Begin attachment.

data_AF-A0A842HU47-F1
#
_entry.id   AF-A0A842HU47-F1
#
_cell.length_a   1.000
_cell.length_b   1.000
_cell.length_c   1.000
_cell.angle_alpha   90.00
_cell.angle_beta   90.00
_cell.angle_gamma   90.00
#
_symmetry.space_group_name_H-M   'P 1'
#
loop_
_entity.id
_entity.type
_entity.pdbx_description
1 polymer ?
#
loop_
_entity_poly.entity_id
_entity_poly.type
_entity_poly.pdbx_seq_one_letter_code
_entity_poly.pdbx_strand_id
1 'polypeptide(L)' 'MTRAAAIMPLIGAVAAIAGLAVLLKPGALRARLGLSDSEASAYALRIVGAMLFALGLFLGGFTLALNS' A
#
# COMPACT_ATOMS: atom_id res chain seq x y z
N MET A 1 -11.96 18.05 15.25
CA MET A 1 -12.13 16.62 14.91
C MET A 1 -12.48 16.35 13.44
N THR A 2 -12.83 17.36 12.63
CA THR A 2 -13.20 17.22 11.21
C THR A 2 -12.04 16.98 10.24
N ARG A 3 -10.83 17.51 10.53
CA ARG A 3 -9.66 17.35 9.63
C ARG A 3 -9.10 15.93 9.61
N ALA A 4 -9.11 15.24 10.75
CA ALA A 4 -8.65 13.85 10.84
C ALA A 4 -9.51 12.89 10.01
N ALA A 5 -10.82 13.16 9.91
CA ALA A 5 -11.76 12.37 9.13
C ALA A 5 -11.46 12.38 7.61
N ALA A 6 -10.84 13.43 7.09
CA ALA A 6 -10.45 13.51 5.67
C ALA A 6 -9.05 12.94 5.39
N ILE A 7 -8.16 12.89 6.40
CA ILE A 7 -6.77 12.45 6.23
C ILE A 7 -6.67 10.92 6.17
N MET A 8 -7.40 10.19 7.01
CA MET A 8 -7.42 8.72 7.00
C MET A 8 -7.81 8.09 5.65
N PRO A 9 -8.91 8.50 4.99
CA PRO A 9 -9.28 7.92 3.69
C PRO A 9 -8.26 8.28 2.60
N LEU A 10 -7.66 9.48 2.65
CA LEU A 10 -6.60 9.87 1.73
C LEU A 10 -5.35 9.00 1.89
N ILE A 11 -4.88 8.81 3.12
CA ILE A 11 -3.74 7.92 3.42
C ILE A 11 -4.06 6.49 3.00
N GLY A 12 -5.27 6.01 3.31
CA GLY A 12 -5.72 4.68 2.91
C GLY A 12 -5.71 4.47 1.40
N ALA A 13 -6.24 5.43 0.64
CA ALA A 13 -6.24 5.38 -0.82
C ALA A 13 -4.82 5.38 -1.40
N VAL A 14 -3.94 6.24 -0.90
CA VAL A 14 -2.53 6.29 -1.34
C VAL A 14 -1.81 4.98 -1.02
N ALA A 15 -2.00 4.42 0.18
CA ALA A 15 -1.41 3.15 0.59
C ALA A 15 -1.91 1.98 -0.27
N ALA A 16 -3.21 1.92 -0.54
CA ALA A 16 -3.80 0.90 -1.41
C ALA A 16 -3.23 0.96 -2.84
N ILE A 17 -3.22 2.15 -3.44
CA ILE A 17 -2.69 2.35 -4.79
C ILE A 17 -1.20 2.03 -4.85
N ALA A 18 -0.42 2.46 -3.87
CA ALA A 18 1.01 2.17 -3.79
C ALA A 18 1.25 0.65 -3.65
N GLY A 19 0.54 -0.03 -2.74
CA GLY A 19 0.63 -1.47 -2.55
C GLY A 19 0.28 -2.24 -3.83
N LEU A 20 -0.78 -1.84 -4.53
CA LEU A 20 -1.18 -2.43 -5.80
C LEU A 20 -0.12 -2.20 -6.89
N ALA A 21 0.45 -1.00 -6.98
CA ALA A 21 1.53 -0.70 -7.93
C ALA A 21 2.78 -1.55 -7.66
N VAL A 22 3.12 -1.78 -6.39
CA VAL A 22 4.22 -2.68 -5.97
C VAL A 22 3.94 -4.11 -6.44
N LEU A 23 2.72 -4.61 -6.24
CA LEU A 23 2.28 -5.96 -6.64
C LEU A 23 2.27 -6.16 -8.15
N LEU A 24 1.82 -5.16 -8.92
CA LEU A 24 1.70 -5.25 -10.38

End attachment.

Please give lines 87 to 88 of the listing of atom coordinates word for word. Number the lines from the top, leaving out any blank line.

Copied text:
C LEU A 20 -0.12 -2.20 -6.89
N ALA A 21 0.45 -1.00 -6.98